I’ll leave aside the rightness or wrongness of this particular event, as there’s a lot of disagreement (indicated in the comments) about what really went on with thisâ€”who knew it was going on, what the likelihood was that people could be made to feel pressured, etc. Rather, I’d like to note a couple excerpts from the conversation that follows about how women can be made to feel unwelcome in male-dominated geek culture. One commenter, musing on this event and how it fits into geek culture more generally, wrote:
I’m a total geek myself, and the world I have to play in really does make me sad. It’s hard to find a good video game that has female characters I can respect and really want to play, it’s hard to find a series where the main female cast isn’t told to wear push-up bras, and I really hate it when I play Massive Multiplayer Online Games and get hit on when people find out the girl behind the female character is actually a girl (and I don’t even want to get into what they say about guys who play female characters).
I definitely get that whole devalued feeling a lot, and this particular proposition isn’t helping at all. I do think conventions are a place where people generally feel like they can lose the rules for a few days; I mean, you’re 25, wearing a full-body costume, and people won’t make fun of you for it (better yet, you get prizes for good work). Surrounded by people who have a like-mind, you feel a little less shy about approaching someone, because hey, you know that cute guy over there will actually be impressed instead of laughing when you tell him how many comic books you own.
Hm, but it doesn’t make this ok. What I guess I’m trying to explain is how people who normally seem nice would suddenly come up with a bullshit idea like this, and how people who normally have more sense to “just say no” would fall into this trap. I never had a date in high school, and I’m pretty sure if I didn’t have anyone to back me up, I would’ve said yes at that point in my life too. College has helped a lot with that, but even I can’t get past the fact that my opinion about Halo 3 just isn’t as valued at these places as a lot of men’s.
I thought this was an interesting and evocative example of one person’s experience as a female geek. I also thought, though, that it was really interesting that there was no implication that what she’s getting out of geekdom is somehow different from what men are getting out of geekdom. Actually, parts of her experience probably sound pretty familiar to male geeks, such as feeling embarrassed about revealing one’s interests around cute people the same age, and being easily abused out of desire for acceptance.
Another commenter’s note similarly indicated shared experiences behind how women and men come to identify as geeks:
If Tech-Dudes come away from high school feeling stigmatized, devalued and socially awkwardâ€”can you then imagine how most geeky girls feel? We aren’t even considered normative in our social niche of choice!
Despite this situation, female geeks aren’t necessarily considered the most authentically nerdy of all nerds. Rather, we often see the appeals of geek culture described in masculine terms, especially by academics. Guys get good at video games or hacking to satisfy their sense of competition, to gain a sense of mastery to compensate for lack of success in sports and dating. Guys read superhero comics to fantasize about what it would be like to be strong, compensating for their own lack of athleticism in reality. Geeks are now cool because computers skills translate into dollars, and so geeky guys can now compete in a widely-accepted domain of masculine power.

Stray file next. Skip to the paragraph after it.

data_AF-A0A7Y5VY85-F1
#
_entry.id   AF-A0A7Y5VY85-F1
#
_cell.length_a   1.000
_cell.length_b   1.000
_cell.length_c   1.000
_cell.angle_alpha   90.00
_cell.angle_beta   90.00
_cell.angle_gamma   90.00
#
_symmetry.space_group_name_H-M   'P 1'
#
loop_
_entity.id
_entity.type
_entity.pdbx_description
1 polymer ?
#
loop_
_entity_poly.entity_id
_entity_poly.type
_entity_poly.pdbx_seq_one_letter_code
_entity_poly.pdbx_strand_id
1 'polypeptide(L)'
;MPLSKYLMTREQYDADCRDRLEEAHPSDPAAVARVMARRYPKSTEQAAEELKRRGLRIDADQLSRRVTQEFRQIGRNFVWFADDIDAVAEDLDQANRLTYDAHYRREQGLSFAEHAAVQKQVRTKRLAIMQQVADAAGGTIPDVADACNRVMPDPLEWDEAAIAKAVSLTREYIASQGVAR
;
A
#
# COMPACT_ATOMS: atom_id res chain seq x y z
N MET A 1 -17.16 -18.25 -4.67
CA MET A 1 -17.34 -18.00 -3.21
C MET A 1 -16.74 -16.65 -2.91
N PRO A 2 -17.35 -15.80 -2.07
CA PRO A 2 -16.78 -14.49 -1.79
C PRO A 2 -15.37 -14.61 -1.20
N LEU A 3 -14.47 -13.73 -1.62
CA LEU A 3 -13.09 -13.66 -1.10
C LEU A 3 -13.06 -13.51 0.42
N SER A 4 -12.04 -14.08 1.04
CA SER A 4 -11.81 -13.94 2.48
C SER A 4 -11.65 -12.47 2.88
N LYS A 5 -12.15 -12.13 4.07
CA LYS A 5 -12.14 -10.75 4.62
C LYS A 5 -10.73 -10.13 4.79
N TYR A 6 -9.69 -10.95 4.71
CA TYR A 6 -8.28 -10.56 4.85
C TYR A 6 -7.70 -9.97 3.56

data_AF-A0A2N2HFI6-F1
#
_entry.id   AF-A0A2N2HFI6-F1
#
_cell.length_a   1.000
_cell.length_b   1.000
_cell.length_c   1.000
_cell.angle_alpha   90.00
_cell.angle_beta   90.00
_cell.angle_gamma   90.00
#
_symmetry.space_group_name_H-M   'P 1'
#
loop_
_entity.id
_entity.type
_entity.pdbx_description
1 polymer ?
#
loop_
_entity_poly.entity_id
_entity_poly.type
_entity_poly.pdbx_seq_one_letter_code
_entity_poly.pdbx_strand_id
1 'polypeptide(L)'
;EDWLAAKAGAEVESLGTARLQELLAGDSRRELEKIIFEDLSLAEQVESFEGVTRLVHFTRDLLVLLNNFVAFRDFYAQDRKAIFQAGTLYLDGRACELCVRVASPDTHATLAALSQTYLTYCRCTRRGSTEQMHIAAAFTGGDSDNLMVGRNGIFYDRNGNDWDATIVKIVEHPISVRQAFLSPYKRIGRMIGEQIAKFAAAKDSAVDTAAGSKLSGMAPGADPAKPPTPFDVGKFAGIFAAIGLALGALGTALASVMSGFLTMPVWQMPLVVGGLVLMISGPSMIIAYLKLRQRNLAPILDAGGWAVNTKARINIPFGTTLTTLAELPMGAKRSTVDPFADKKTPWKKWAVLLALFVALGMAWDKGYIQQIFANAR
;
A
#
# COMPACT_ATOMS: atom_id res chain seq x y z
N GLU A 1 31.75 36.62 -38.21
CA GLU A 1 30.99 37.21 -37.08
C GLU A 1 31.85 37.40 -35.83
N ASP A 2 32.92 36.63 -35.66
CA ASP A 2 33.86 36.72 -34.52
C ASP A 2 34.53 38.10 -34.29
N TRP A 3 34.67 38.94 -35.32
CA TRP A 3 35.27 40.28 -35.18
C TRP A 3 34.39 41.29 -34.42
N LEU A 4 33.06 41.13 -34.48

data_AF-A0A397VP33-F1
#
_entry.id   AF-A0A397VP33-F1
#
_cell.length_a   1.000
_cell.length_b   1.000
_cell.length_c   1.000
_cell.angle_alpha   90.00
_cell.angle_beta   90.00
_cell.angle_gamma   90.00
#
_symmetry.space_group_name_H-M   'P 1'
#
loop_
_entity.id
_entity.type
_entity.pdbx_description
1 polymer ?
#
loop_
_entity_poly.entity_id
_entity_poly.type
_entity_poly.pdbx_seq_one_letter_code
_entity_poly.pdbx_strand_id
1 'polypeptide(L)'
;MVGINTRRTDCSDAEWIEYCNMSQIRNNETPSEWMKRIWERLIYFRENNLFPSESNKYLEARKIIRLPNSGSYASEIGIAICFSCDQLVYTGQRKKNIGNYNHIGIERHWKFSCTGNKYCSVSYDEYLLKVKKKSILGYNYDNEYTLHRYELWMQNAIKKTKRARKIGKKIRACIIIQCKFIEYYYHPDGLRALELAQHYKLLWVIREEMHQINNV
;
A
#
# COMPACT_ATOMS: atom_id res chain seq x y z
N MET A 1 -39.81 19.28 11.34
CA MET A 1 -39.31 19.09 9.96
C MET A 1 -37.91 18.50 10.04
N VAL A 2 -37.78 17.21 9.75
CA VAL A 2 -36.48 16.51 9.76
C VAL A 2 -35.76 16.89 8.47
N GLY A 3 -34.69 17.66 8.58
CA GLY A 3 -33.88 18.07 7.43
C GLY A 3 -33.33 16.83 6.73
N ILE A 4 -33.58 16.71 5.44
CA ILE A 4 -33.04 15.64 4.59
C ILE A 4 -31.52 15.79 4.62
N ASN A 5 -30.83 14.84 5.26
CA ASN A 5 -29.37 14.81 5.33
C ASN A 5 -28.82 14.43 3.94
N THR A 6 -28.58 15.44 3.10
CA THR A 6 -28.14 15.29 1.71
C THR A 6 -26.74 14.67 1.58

Let’s consider, though, that women might get most of the same things out of geeky pursuits that men get out of them. Does that mean that such “masculine” appeals as competition, mastery, and economic power appeal to some women as much as they do to men? Or does it perhaps mean that the usual “masculine” appeals that get flung around don’t make as big a deal as we think, that both men and women are finding more meaning and value elsewhere in geek culture?
The answer may be, of course, some blend of these. I think it’s safe to say that there’s variety among female geeks just as there is among male geeks. You’ll find some geeks who feel different from other women because they’re more like “one of the guys”; you’ll find others who conceptualize being a “girl geek” (or “geek grrrl”) as distinctly different from being a “geek”; and you’ll find others yet who identify as somewhere in between on this spectrum.
The interviews I’ve conducted with women leaned more toward the first of these, with several comments about those who felt like “just one of the guys” and “grew up a tomboy.” I must admit, though, that this might be an artifact of who was willing to follow up with a random male stranger looking to interview con-goers. Having a web page offers a less pressuring environment, so I’d like to encourage any of you reading to speak up, anonymously or otherwise. One of the most frequent questions I receive is some variant on “Can girls be geeks too?” I have my own set of answers, but I’d sure like to bolster them with yours.